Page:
Morey -- as well as the Warriors -- will get a first look at whether or not Houston's offseason was successful on Nov. 17, when the Rockets host the defending NBA champions.  

Can Rockets replicate success Warriors had with Steph Curry, Kevin Durant?

Can Rockets replicate success Warriors had with Steph Curry, Kevin Durant?

When Kevin Durant first joined the Warriors in 2016, skeptics wondered if Golden State could make it work.

Would Durant and Steph Curry be able to co-exist? Would there be enough shots for Durant, Curry and Klay Thompson? Would everyone remain happy with their role and numbers?

Those questions were answered pretty quickly. It took a few months, but Durant, Curry and the Warriors gelled midway through their first season together. They went on to claim the 2016-17 NBA title and ran it back the next season en route to a sweep in the 2017-18 NBA Finals.

Everyone seemed happy. Everyone got their shots. The third season wasn't as smooth, but it still almost ended with a third consecutive title.

After losing the 2019 NBA Finals to the Toronto Raptors, Durant decided it was time to move on and signed with the Brooklyn Nets.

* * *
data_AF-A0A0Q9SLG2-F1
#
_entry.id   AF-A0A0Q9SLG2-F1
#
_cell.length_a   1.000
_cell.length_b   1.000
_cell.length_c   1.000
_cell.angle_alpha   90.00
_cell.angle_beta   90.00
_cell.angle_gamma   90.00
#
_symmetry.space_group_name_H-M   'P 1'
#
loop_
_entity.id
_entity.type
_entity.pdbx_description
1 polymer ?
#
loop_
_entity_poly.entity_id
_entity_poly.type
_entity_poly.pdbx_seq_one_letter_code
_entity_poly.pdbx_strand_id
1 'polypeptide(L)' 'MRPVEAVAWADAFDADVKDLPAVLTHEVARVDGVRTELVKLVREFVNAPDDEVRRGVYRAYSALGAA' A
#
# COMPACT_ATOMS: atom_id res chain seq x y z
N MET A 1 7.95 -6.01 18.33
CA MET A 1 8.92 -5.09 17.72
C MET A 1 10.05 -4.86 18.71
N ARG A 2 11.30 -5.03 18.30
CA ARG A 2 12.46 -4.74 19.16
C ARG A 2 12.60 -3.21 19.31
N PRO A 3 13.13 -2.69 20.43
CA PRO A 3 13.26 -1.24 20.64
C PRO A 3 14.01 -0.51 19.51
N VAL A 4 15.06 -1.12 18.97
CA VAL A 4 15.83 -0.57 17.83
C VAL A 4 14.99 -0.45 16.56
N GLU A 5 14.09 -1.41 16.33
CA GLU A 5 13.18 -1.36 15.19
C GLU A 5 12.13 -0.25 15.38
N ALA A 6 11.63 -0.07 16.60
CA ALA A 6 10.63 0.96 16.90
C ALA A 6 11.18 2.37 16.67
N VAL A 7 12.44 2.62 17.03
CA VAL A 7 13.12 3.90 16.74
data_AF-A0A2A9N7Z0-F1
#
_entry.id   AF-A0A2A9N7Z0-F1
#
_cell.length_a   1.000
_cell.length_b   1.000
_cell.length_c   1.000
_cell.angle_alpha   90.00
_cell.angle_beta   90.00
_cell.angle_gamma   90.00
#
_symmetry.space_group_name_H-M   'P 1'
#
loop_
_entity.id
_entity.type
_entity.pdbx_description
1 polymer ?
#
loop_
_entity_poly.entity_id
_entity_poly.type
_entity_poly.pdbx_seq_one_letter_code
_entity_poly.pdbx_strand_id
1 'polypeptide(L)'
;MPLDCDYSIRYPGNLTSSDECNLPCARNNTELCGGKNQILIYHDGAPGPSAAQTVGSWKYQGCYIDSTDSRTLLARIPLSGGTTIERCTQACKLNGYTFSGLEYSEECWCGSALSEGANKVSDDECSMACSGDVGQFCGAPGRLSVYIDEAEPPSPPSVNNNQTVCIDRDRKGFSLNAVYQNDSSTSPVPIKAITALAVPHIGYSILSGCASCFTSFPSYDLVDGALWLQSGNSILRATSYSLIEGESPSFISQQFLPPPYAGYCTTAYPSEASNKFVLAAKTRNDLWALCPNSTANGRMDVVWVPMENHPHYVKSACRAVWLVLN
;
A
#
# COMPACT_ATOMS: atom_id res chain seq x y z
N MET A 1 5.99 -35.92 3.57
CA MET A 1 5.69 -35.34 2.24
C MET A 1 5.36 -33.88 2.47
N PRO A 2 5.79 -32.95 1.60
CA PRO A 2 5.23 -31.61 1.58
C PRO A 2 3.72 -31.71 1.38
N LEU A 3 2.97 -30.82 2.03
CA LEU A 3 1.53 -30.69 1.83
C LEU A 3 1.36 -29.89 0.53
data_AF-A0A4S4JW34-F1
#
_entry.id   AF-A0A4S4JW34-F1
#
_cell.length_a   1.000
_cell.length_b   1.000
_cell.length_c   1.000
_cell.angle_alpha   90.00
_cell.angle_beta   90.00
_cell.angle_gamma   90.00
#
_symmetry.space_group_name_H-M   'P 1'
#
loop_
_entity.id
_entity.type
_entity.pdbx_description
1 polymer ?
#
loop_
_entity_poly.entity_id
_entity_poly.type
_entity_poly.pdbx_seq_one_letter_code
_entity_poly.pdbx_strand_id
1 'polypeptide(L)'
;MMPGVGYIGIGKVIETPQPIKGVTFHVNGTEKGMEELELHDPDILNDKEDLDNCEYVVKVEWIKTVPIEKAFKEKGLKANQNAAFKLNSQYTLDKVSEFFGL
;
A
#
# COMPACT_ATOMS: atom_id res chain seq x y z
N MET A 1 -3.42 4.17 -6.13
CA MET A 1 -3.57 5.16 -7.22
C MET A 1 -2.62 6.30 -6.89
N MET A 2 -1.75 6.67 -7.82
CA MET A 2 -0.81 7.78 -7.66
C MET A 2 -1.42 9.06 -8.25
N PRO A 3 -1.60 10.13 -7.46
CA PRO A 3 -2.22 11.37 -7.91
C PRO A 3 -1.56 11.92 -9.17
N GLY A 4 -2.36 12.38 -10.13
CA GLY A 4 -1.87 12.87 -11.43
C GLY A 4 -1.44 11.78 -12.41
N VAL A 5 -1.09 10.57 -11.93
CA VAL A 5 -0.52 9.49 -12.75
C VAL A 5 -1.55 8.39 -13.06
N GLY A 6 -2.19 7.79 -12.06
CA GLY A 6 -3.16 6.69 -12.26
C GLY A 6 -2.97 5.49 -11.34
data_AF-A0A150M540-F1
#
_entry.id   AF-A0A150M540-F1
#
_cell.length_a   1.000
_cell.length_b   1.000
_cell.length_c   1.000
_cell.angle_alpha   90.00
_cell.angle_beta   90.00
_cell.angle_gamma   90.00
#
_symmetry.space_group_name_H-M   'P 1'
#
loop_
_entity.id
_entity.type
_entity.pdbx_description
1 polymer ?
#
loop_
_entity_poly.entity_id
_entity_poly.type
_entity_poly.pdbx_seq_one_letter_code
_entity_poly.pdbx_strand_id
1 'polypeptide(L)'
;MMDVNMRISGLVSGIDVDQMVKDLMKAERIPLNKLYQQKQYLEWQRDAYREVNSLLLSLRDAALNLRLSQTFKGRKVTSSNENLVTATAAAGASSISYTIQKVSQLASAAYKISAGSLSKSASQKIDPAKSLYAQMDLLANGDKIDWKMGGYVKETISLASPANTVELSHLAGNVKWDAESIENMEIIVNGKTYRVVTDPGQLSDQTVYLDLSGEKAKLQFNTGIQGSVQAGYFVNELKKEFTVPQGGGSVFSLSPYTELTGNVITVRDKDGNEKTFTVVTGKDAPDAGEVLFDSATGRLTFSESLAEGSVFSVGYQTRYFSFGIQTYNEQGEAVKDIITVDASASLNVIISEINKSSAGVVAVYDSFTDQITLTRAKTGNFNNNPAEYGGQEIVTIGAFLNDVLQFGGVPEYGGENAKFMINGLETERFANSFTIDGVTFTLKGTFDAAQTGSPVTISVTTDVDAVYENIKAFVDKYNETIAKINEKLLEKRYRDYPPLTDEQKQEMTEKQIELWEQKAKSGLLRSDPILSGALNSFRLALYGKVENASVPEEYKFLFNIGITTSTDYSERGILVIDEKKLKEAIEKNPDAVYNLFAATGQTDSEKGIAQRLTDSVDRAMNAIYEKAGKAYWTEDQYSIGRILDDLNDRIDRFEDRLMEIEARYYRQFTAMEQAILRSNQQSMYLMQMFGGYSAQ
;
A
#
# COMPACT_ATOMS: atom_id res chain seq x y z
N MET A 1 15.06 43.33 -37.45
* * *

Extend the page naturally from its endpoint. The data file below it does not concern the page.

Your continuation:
But looking back, the experiment was a success. Durant and Curry co-existed, forming one of the most dominant duos in NBA history. Thompson didn't "sacrifice" as much as people thought he would, and ended up signing a max contract with the Warriors this offseason.

Now, a new duo — James Harden and Russell Westbrook — has critics wondering if the players can co-exist.

Both are MVPs and two of the most ball-dominant players in the NBA. So, will the Houston Rockets' experiment work? Harden believes it will.

“When you have talent like that, it works itself out" Harden told The Houston Chronicle's Jonathan Feigen. "You communicate. You go out there and compete possession by possession. You figure things out. Throughout the course of the season, you figure things out. That’s just what it is. When you have talent, you have guys with IQ, you have guys willing to sacrifice, it always works itself out.”